The Medieval Rural Settlement Project in Ireland
This public klecture is held in the framework of the Faculty Research Seminar.
The Medieval Rural Settlement Project in Ireland: using archaeology and landscape to re-imagine economy and society in the later medieval period
Georges Duby challenged medievalists across Europe to vocalize the life of the non-literate peasant and the hum-drum nature of daily life. In Ireland, historians and then historical geographers were the first to raise the interesting questions and provoke discussions, but the archaeologist has emerged as the scholar who can continuously present new insight and new data. In this lecture I reflect on where scholarship in Ireland has a wider contribution to make. We look at the question of cultural continuity across the middle ages, and at cultural visibility or identity. Recent research has focused on Gaelic identity, where attention has tried to show the material expression of the native, indigenous people. Current research is examining how territories were organized and the extent to which it is possible to discern the economic activities. This task is much easier to realize on the lands of the non-native Anglo-Norman colonist, and the lecture will look at recent results from the Dublin region where we can begin to speak of the ‘Total Economy’ by studying the rural-urban continuum. In the more extensive Gaelic territories of the native Irish, we must rely more exclusively on archaeological information. The evidence is most clear when considering lordly or noble settlement. The example of the O’Conor lordship in the west of Ireland is cited. Consideration of the wider non-noble settlement is still in its infancy. There are issues associated with visibility. Archaeologists have yet to examine Deserted Medieval Villages in detail, to look for social distinctions that might be suggested in the size and disposition of particular plot sizes, or by the distribution of ceramics across a complex. My lecture concludes that our previous paradigms are based on simplistic assumptions about where people lived and how they engaged with their environment. Current information suggests a reality that was far more complex and is far more interesting.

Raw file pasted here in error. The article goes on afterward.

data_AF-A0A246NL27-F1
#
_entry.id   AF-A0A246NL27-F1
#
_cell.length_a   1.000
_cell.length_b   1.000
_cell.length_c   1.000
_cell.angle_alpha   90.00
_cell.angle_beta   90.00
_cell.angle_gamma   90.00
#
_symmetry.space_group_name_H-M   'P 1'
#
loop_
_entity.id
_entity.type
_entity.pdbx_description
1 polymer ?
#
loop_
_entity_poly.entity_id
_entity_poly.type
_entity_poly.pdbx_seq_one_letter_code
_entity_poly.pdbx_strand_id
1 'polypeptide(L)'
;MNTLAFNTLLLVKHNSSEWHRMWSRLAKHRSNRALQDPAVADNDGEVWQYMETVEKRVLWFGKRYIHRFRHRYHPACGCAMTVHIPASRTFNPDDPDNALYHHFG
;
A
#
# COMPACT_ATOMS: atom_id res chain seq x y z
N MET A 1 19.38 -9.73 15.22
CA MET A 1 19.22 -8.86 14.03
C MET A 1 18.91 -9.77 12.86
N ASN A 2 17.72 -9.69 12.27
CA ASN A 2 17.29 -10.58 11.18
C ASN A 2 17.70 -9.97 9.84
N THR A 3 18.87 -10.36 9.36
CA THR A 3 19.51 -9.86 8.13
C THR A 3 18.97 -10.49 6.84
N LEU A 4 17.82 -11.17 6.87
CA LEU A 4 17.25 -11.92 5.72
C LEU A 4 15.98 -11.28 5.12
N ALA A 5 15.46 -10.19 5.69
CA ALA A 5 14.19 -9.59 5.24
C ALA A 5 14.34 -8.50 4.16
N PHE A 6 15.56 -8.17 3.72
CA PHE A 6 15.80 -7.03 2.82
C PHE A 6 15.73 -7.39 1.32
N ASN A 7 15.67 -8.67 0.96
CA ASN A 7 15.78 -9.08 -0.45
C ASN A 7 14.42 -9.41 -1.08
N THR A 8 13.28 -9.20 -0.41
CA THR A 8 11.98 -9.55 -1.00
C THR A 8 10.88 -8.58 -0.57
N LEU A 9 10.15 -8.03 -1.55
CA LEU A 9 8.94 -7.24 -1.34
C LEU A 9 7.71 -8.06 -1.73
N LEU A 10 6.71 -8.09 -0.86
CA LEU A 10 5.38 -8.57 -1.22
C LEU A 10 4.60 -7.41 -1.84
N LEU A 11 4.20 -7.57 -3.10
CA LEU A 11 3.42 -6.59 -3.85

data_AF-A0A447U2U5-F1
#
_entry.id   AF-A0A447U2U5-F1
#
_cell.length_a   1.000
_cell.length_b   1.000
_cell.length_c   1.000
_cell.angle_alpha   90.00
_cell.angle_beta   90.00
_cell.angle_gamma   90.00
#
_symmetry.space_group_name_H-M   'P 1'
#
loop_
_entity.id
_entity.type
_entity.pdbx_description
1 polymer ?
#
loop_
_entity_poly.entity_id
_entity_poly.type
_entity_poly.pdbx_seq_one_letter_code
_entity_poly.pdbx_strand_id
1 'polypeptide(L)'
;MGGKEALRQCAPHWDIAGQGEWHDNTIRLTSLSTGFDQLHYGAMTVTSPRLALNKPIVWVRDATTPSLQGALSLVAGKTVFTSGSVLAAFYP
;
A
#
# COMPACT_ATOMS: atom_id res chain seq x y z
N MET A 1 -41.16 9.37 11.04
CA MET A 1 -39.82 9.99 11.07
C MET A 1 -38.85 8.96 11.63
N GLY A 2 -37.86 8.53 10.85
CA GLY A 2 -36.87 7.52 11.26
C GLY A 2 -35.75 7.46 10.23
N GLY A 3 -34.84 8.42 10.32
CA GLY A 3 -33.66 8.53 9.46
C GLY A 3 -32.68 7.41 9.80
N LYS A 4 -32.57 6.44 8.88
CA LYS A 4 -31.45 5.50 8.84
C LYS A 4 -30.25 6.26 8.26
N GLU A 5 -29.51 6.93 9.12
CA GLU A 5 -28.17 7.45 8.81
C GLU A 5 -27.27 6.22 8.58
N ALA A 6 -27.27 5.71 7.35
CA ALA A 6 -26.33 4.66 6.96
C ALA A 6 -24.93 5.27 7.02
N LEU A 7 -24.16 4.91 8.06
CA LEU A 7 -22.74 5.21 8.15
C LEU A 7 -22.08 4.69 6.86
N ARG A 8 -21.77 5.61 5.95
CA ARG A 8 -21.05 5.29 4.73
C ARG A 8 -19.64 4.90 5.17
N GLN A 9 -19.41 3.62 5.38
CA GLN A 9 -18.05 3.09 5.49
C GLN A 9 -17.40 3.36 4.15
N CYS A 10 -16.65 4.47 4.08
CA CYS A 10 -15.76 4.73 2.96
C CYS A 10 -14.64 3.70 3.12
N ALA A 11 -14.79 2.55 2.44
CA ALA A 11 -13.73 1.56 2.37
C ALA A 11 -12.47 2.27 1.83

Dr Niall Brady (email@example.com) is a specialist in agrarian technology with research interests in landscape and underwater archaeology. He directed the Medieval Rural Settlement Project, 2002-10, for Ireland’s archaeological research institute, the Discovery Programme, and he is currently director of the Archaeological Diving Company Ltd, Ireland's premier marine and underwater archaeological consultancy.